I can be a nosy person.
My nose grows especially curious if I see people who live differently from myself.
And I’ve noticed a peculiar lunchtime choice that’s piqued my interest for some time. On a whim, I decided to keep a tally of how often it occurs in a given week. You know, for science.
In a week, I see 20 coworkers eating frozen TV dinners for lunch. This isn’t to say that I’m judging people’s choices; I was just surprised that TV dinners were such a popular lunch choice. And it got me thinking.
Growing up I was obsessed with Hungry Man fried chicken and mashed potato TV dinners. And don’t even get me started on the addictive, sodium-laden wonders that were Banquet chicken finger meals.
But as Mr. Picky Pincher and I started saving money by slashing our grocery budget, we switched away from packaged foods and gravitated towards whole foods to save money.
But this whole lunchtime situation has the cogs in my head turning. Why do people eat TV dinners? Are frozen, packaged foods frugal?
Why do people eat frozen TV dinners?
Here are a few reasons that TV dinners were so appealing to me as a kid and broke college student.
1. They’re fast and easy
You just have to take the meal out of the package, heat it for a few minutes, and presto! You have a full meal that you didn’t have to prep. Magic!
2. They taste good
Some people think TV dinners taste better than anything they can cook at home.
As a former horrible cook, I sympathize! Mr. Picky Pincher and I created some truly disgusting meals as we tried to create dishes we both would eat. Stuck with peanut butter Rotel chicken for dinner? Toss that crap out and have an edible and predictable Healthy Choice chicken lo mein!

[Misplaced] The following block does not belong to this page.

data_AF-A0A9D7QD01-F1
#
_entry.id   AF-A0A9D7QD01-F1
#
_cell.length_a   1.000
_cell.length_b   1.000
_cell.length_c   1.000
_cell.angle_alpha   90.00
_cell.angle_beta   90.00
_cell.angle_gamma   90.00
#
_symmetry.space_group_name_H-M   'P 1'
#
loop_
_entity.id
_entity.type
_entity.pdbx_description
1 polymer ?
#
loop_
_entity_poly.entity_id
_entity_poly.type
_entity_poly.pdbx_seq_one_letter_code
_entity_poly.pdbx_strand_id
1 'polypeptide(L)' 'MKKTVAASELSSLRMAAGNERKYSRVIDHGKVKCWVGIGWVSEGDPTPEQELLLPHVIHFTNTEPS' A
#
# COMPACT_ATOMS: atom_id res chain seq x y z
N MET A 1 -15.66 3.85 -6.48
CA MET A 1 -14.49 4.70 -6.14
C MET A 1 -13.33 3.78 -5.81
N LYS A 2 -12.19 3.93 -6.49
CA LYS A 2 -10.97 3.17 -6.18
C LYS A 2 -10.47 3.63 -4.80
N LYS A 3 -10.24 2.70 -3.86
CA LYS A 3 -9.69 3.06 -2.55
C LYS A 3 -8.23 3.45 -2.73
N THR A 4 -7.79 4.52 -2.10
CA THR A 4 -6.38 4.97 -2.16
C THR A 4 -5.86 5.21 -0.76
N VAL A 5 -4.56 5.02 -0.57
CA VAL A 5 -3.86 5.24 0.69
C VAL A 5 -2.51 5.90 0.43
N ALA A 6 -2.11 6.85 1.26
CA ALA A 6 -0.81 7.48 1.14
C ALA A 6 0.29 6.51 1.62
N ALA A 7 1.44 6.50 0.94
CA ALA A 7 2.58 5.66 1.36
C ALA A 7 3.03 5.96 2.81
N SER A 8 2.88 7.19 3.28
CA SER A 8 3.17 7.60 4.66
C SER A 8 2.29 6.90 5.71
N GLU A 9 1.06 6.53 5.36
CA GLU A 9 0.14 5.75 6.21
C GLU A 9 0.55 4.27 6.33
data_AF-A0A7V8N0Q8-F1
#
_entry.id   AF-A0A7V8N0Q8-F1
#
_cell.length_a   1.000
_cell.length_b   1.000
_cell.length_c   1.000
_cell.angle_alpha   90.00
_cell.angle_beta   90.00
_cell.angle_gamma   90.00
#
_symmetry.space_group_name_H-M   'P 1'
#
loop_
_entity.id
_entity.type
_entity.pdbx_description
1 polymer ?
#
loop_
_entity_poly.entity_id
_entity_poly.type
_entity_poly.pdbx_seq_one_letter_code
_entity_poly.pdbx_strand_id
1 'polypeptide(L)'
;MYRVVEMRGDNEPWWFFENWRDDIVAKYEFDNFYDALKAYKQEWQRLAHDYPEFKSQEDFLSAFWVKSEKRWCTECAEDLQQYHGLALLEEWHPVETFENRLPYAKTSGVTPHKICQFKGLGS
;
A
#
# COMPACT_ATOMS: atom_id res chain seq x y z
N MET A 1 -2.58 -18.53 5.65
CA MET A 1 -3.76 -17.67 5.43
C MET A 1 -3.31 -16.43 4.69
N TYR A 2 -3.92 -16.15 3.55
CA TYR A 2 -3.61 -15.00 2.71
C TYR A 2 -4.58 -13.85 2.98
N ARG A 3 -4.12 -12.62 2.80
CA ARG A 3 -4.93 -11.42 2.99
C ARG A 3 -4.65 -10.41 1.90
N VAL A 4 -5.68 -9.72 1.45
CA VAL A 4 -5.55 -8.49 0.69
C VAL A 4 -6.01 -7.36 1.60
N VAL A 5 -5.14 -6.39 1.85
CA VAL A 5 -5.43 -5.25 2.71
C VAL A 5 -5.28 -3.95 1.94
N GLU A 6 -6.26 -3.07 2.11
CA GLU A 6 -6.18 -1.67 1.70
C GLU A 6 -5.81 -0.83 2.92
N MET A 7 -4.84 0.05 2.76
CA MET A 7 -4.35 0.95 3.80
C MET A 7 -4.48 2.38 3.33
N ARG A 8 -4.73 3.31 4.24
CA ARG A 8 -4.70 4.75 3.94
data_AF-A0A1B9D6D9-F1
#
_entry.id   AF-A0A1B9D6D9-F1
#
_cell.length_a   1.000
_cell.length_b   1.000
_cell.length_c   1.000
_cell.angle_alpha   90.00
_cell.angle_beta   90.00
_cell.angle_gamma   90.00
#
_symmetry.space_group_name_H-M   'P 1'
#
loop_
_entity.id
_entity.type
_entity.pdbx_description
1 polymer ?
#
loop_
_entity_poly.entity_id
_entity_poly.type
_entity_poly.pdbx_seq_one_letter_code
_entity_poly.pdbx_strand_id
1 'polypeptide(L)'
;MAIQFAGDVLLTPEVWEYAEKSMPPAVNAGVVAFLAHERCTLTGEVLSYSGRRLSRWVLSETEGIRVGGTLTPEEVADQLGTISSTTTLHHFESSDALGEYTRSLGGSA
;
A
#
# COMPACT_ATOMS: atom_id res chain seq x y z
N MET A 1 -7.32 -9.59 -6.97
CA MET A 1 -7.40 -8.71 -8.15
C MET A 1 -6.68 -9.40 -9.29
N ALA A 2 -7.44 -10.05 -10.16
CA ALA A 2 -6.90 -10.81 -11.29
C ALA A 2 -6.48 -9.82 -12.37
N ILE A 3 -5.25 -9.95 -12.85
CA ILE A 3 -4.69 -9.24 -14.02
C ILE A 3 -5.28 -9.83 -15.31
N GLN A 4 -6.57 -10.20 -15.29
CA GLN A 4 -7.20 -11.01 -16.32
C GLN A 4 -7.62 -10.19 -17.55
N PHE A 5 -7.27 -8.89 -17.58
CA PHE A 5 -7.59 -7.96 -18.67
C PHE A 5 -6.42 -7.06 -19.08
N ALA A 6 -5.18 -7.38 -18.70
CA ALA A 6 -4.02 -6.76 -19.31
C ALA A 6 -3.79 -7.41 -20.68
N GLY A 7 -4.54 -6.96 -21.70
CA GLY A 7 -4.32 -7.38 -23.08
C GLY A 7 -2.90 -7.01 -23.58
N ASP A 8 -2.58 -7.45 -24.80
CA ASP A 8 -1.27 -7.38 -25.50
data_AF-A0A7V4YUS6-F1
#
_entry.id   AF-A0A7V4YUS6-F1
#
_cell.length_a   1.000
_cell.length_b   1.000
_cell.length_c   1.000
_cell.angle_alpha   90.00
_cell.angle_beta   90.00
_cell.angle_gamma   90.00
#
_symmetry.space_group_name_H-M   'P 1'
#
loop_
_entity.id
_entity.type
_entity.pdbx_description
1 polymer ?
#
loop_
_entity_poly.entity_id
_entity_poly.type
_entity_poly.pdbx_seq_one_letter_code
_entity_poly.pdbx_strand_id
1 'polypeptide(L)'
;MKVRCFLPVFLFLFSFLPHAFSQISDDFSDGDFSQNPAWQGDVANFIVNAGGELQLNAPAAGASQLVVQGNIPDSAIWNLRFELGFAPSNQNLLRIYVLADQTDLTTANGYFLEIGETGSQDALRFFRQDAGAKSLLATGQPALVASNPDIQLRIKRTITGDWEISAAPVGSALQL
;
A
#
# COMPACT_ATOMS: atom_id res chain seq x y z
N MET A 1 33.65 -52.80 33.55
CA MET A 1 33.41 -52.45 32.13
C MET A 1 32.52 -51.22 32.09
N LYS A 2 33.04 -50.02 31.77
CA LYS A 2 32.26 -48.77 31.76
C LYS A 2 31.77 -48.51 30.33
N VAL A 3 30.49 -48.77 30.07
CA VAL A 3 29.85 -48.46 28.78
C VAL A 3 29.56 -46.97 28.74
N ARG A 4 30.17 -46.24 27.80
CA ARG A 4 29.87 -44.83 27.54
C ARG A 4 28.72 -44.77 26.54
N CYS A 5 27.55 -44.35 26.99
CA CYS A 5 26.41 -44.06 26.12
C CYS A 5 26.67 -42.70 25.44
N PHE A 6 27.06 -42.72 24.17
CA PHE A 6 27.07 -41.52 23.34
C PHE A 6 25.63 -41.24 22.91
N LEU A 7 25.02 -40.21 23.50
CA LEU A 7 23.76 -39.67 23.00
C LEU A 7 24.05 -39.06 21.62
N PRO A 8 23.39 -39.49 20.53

3. They look cheap
Before our food budget overhaul, I would buy four Lean Cuisine meals at HEB for $6 with a coupon. This sounded like a great deal! I always had prepared meals in the freezer if dinner didn’t work out or if I wanted a quick lunch. Without a coupon, I could still buy the Lean Cuisine meals for about $2 a pop.
4. They look healthy
In my frozen food days, I would check the calorie content on the frozen meals. I would think, “Oh, only 250 calories, awesome! This stuff must be pretty healthy!” It was even better if I could see small flecks of what appeared to be green vegetables thrown into the meal. Look Ma, I’m eating vegetables.
Cue the record-scratching noise.
Now I can’t look at TV dinners without scrunching my nose. I’ve found that the above reasons for choosing TV dinners weren’t as airtight as I thought.
Let’s look at why frozen foods weren’t doing me any favors after all.
Are Frozen Foods Frugal?
Before I get into the financial implications of choosing frozen meals, let’s debunk the above “pros” I listed for these go-to quick meals.
Yes, TV dinners are fast, but…
When you choose a TV dinner, you sacrifice a few things: flavor and health.
It’s hard to notice that TV dinners taste weird if you eat them all the time—I certainly used to think they were a-maz-ing. But once you steer away from a diet with artificial ingredients and sodium, it’s easier to see how the addictive substances in these commercial foods can affect taste. There aren’t many TV dinners out there winning James Beard awards!
Another alarming thing about TV dinners is that they’re packaged in plastic. That you heat up for several minutes. I’m totally guilty of heating my meals in plastic every now and then, but I know it’s carcinogen city. Why expose yourself to the chemicals released from heated plastic for subpar food?